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Re: [greenyes] Bans

Jeffrey Morris <jeff.morris@no.address> wrote:

"That's my hope for eventually getting rid of both landfills and incinerators
as we aim for zerowaste."

We agree with these concepts wholeheartedly!

My wife and I practice zerowaste at home and this is precisely how we do it. We find that by keeping our waste source-separated, we have very few disposal issues in terms of mess, hassle, or pests.

First (and most important) - We are careful in our buying habits (ECR - Excessive Consumer Responsibility) We know that anything we don't bring into the house won't need to be dispositioned when we're done with it. We buy much in bulk, flour, sugar, spices, etc. We only buy food that comes in glass, aluminum or compostable paper or cardboard - period. We buy our produce at the weekly farmers market or the organic food store - no lettuce in plastic bags!

Second - We have a covered, 2 gallon, indoor compost bucket that feeds our outdoor pile that we empty at least daily. To this we add paper towels, small cardboard, food scraps, beer-making tailings, etc. We also add the bathroom wastebasket where tissue we use to blow our noses goes.

Third - We stage our recycling under the sink in a small kitchen can - rinsed bottles, steel cans, and aluminum cans. We won't buy anything in plastic - not drinks, cooking oil, jam, or ketchup - period. Since we rinse everything promptly when we empty them, this bin can get emptied weekly without a problem, no ants or anything else.. We take the material down to our local recycling center on the way to work about once a week.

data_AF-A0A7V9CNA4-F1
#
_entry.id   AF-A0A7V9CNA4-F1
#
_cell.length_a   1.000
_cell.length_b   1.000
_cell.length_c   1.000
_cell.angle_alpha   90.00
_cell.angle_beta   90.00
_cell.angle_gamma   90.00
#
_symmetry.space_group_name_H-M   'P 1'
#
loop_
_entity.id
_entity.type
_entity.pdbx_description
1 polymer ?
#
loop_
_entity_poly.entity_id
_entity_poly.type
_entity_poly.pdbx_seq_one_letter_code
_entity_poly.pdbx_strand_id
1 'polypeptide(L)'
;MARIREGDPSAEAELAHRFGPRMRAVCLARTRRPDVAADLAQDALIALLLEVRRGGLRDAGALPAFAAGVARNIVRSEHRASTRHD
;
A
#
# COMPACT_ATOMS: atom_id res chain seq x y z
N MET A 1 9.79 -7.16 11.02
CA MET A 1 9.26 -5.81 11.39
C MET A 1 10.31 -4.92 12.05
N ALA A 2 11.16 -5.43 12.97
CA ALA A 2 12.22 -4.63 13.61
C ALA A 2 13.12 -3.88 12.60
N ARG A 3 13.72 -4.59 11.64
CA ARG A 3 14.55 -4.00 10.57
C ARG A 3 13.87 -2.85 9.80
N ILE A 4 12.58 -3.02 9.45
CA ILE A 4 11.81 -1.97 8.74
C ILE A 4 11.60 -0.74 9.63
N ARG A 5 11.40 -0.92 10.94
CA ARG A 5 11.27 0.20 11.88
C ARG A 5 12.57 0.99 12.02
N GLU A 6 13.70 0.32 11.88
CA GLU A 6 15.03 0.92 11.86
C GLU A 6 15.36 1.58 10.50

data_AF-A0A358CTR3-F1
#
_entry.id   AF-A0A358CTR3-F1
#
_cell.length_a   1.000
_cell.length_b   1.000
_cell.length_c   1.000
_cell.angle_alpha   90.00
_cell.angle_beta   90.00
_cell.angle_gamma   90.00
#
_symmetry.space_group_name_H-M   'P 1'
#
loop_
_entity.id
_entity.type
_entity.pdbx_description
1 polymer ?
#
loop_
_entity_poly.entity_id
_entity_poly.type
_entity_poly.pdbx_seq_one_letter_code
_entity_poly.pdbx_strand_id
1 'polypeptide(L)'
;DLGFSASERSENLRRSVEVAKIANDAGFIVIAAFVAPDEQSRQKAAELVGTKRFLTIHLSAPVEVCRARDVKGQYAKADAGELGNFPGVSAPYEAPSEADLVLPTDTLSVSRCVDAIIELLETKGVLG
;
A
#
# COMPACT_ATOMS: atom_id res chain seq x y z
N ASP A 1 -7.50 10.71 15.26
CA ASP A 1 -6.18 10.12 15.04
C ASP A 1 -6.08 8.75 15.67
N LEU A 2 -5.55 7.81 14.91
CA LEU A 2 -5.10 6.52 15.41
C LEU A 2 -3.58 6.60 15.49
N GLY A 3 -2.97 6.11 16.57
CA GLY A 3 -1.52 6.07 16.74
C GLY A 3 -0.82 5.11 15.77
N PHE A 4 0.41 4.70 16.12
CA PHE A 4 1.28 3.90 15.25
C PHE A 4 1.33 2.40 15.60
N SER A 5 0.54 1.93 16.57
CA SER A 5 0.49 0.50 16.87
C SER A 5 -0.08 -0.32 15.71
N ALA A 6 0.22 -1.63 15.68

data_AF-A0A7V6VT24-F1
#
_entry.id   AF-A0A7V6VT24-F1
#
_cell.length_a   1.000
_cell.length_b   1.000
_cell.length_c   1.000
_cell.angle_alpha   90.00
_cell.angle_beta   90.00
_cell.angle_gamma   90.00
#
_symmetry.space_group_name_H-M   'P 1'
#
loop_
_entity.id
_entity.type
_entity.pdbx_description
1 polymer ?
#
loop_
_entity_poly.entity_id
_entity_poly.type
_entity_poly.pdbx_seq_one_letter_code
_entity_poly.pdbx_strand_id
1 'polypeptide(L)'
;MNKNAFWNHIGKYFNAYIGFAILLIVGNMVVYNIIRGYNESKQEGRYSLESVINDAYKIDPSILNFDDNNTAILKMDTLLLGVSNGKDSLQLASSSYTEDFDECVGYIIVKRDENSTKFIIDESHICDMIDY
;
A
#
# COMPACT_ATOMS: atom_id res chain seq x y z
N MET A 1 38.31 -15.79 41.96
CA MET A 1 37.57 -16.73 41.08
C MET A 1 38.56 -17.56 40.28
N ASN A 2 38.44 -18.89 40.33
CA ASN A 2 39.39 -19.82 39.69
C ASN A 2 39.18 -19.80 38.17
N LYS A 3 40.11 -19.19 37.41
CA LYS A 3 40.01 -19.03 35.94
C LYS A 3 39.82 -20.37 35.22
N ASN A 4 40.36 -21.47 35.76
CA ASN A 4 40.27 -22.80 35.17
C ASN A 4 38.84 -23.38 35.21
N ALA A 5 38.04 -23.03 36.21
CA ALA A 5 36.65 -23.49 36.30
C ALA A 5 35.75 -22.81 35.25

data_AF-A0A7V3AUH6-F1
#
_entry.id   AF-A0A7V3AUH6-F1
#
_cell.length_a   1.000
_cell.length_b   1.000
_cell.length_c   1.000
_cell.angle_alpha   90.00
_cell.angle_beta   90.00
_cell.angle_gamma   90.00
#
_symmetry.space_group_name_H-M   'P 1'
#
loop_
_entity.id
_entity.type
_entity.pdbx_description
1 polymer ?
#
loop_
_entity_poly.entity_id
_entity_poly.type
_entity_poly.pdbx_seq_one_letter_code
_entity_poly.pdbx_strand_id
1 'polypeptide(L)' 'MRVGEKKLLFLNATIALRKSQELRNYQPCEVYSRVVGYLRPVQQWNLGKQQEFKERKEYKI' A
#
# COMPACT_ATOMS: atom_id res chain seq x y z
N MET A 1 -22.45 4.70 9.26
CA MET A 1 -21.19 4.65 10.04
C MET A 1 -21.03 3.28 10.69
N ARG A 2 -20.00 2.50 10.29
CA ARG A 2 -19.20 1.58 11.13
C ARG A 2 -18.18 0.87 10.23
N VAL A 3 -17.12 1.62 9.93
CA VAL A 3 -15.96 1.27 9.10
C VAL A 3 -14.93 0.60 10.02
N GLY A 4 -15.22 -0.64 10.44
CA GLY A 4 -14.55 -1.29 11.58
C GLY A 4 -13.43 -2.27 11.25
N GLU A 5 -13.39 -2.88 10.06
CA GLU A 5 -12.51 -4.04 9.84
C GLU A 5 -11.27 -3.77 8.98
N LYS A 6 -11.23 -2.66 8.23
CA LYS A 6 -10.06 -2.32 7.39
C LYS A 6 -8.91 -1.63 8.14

Finally, we end up with well less than one cubic foot of landfill per week. It consists mostly or interior packing from boxed or frozen goods - little plastic wrappers, bottle tops, foil packages and the like.

We have been following this regimen for the last three years and actually found that our shopping and cooking became much easier, due to the simplicity of the ingredients we buy.

Most people think that being responsible for their own consumption patterns and waste is something that is hard and should therefore be mandated by their local government. We encourage others through demonstration to try some of these techniques and see how simple, and rewarding personal waste management can be.

Here?s a link to a photo-essay we compiled when we started this in April 2002, we have refined our methods as we?ve gone along and it just keeps getting easier!

Bob & Camille Armantrout

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